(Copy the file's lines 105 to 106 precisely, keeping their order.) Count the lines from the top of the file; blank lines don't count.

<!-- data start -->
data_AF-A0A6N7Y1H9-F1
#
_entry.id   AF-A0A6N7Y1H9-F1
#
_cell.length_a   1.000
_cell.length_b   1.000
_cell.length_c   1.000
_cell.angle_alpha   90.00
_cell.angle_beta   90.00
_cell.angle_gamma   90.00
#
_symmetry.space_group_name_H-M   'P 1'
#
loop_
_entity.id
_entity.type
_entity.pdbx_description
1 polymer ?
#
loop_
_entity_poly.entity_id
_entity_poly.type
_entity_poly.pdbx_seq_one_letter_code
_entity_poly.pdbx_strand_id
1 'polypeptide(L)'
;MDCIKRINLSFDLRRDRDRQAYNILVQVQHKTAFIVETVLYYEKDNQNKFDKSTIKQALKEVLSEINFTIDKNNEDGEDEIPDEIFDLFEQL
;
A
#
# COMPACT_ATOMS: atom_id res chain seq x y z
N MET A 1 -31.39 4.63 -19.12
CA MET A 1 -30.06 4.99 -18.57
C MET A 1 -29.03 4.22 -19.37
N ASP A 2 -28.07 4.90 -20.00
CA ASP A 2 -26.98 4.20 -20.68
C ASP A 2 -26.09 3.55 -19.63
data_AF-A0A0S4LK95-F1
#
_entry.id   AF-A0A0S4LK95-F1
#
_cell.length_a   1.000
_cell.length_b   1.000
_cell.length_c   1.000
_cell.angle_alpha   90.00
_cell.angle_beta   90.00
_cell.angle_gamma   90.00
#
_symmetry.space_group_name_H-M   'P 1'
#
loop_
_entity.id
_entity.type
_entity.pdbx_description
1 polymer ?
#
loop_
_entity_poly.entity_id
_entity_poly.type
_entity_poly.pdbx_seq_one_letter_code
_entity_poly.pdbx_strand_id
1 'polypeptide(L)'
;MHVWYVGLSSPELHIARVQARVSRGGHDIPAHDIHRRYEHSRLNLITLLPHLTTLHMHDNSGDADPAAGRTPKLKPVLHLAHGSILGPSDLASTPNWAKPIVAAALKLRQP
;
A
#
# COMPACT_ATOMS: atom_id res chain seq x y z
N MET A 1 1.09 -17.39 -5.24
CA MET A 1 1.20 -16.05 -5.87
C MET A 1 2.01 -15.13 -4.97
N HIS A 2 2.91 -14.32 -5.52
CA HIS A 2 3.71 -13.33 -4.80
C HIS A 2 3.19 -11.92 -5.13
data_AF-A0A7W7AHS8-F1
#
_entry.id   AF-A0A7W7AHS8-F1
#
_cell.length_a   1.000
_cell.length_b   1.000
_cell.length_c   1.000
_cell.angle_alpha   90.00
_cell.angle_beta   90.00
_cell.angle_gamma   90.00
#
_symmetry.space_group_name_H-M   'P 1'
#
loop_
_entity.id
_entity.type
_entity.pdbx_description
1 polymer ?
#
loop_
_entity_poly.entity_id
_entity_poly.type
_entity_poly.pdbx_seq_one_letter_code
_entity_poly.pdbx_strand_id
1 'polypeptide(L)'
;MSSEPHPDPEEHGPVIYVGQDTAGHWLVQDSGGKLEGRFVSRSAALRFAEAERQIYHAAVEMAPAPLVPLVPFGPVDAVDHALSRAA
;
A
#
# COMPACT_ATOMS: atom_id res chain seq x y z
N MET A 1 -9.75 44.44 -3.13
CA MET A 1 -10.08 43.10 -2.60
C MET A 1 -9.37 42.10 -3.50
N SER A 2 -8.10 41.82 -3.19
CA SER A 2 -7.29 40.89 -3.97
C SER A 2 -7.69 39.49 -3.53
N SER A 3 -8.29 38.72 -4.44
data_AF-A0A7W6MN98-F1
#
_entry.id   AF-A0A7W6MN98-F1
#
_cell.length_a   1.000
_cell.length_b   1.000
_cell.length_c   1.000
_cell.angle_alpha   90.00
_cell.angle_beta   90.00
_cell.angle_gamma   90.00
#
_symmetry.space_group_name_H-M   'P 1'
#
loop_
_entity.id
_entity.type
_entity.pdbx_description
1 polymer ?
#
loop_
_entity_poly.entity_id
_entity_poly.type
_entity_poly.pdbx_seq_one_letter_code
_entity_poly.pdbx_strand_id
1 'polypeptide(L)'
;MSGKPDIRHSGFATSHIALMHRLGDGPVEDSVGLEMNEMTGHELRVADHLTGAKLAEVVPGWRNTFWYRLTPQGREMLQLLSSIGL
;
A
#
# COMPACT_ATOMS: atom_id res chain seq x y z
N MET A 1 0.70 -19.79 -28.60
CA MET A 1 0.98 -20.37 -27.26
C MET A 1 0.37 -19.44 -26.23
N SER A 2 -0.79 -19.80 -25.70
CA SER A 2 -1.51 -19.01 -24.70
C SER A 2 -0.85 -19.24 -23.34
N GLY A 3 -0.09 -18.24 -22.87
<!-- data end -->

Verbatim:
C MET A 1 -9.37 42.10 -3.50
N SER A 2 -8.10 41.82 -3.19